State v. Fischer
In State v. Fischer, 285 A.2d 417, 420 (Del. 1971), the Supreme Court affirmed the Superior Court's discretionary decision to dismiss pursuant to 48(b). Id.
In that case, the state properly transferred the case by first filing a nolle prosequi in the lower court and refilling the charges in the higher court. State v. Fischer, 269 A.2d 244, 245-246 (Del. Super. 1970).
The Superior Court dismissed the case, finding that the prosecutor's transfer was deliberate and arbitrary. Id. at 247.
The court was particularly troubled by the fact that the case was not transferred to cure some difficulty with discovery, gathering evidence or even due to the unavailability of prosecutors or crowded dockets. Id.
Rather, the prosecutor transferred the case, over the defendant's request for trial, as a conscious prosecution choice, which gave "the impression, perhaps unwarranted, of unfair manipulation of the criminal process." Id.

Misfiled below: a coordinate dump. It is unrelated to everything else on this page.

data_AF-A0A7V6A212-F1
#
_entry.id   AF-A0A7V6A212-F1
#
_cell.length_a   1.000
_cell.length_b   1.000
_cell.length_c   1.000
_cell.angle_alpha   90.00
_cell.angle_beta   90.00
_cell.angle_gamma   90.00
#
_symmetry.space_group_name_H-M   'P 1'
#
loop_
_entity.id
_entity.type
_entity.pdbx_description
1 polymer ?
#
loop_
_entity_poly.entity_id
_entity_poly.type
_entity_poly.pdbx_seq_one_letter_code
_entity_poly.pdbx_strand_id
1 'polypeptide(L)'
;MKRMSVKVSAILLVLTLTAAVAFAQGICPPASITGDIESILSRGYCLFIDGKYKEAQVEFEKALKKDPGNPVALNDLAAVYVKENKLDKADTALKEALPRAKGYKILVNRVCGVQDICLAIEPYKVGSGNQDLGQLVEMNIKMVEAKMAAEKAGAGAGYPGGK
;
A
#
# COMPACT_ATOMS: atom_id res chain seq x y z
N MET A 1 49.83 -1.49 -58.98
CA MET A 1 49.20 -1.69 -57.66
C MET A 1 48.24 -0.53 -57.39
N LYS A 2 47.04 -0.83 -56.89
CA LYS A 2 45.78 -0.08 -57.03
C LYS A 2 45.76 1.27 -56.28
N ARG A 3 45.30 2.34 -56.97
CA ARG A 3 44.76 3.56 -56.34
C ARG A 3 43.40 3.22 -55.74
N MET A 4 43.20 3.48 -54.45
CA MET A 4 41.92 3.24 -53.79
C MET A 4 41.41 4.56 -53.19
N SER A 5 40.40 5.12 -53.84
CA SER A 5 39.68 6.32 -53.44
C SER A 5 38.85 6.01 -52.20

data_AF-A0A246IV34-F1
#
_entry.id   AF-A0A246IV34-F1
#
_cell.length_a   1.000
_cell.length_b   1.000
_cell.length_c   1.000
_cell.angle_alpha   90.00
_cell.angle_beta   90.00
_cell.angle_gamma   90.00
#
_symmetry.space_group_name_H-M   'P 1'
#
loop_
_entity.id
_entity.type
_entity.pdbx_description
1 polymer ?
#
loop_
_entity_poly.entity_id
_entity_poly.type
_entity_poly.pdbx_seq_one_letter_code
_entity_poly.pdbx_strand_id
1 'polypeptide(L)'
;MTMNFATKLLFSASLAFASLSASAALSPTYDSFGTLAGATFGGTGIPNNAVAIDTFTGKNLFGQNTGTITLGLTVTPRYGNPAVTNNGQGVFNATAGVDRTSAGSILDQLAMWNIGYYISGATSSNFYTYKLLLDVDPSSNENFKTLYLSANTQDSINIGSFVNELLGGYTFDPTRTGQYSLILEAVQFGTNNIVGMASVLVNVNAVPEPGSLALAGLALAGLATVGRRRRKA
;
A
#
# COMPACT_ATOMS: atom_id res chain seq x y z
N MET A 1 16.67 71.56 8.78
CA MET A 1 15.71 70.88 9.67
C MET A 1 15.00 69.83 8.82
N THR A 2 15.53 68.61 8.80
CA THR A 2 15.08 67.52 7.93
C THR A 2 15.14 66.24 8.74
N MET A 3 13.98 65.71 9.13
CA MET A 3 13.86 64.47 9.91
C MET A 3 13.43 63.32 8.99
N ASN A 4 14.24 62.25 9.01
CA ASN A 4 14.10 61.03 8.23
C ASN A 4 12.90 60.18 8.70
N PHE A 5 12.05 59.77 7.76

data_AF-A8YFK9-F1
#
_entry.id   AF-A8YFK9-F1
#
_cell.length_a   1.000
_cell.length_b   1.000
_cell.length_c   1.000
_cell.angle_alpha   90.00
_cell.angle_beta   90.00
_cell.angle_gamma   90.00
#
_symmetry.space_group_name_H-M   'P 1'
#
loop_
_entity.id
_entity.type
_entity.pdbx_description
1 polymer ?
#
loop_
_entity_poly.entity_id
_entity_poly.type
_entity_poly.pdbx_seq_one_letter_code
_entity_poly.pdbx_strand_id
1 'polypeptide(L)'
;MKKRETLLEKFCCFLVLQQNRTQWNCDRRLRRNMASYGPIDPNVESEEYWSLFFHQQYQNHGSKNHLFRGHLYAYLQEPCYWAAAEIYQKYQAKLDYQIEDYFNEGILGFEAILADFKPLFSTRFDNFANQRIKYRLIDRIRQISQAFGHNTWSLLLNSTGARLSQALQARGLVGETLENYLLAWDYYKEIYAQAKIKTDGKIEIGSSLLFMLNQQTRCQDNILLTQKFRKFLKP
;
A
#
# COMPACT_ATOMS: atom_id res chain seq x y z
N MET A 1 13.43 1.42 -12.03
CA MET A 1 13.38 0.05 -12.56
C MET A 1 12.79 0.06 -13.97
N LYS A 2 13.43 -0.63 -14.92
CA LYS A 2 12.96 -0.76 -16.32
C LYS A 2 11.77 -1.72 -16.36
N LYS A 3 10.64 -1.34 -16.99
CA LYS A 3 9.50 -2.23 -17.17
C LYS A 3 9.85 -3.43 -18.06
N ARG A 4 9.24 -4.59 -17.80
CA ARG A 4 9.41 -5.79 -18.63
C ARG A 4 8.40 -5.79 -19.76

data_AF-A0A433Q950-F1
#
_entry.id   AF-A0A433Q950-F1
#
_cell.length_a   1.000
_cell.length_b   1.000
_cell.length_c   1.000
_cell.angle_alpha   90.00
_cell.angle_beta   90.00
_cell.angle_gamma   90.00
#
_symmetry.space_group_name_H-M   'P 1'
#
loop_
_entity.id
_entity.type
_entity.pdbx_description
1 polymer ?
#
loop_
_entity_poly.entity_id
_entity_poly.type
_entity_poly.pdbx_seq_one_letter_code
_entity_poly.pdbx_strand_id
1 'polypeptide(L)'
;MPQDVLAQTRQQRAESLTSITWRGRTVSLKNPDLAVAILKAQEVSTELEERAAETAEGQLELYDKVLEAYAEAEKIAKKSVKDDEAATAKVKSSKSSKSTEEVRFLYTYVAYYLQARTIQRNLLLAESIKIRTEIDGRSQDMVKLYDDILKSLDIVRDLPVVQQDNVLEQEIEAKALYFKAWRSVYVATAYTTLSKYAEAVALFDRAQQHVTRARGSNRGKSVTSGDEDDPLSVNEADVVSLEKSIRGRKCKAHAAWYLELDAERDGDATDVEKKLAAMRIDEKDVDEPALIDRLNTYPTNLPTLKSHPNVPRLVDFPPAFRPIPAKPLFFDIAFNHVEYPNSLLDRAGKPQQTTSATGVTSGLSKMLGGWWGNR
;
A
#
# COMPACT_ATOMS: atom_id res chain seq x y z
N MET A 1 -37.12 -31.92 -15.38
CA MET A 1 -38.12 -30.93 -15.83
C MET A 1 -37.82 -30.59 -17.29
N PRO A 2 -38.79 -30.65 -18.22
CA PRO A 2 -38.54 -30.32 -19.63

The Supreme Court noted as follows:
". . . We agree with the Court below in its conclusion that other types of prejudice may be sufficient to move the exercise of its discretion under Rule 48(b): the unexplained commencement of a new prosecution long after a dismissal by the State of the same charge in another court; the anxieties suffered by a defendant as the result of delay and uncertainty in duplicative prosecutions against him; the notoriety suffered by a defendant and his family as the result of repeated commencement of prosecutions for the same offense; the expenses, legal and otherwise, attendant upon a subsequent renewal in another court of a dismissed prosecution. These and like considerations may constitute sufficient "prejudices" to justify the exercise of the Court's discretion under Rule 48(b)."